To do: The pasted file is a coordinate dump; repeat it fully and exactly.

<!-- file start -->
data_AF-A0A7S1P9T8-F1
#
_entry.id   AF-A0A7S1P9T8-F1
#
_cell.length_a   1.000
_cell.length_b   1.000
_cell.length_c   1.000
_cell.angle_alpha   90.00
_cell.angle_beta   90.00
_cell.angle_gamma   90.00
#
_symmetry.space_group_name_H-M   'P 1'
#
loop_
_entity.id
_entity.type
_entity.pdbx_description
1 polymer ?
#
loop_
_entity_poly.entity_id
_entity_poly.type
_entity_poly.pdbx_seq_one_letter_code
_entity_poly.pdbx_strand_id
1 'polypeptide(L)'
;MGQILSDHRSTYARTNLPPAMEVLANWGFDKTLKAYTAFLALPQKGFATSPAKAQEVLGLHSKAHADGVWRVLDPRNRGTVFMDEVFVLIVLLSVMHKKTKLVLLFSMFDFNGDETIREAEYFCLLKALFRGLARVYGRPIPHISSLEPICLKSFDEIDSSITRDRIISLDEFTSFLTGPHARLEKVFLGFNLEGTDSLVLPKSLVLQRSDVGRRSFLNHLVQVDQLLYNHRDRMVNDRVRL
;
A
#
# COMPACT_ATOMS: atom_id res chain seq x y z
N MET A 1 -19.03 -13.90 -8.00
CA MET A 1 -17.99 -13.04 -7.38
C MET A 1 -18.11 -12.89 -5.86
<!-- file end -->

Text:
data_AF-A0A7S1P9T8-F1
#
_entry.id   AF-A0A7S1P9T8-F1
#
_cell.length_a   1.000
_cell.length_b   1.000
_cell.length_c   1.000
_cell.angle_alpha   90.00
_cell.angle_beta   90.00
_cell.angle_gamma   90.00
#
_symmetry.space_group_name_H-M   'P 1'
#
loop_
_entity.id
_entity.type
_entity.pdbx_description
1 polymer ?
#
loop_
_entity_poly.entity_id
_entity_poly.type
_entity_poly.pdbx_seq_one_letter_code
_entity_poly.pdbx_strand_id
1 'polypeptide(L)'
;MGQILSDHRSTYARTNLPPAMEVLANWGFDKTLKAYTAFLALPQKGFATSPAKAQEVLGLHSKAHADGVWRVLDPRNRGTVFMDEVFVLIVLLSVMHKKTKLVLLFSMFDFNGDETIREAEYFCLLKALFRGLARVYGRPIPHISSLEPICLKSFDEIDSSITRDRIISLDEFTSFLTGPHARLEKVFLGFNLEGTDSLVLPKSLVLQRSDVGRRSFLNHLVQVDQLLYNHRDRMVNDRVRL
;
A
#
# COMPACT_ATOMS: atom_id res chain seq x y z
N MET A 1 -19.03 -13.90 -8.00
CA MET A 1 -17.99 -13.04 -7.38
C MET A 1 -18.11 -12.89 -5.86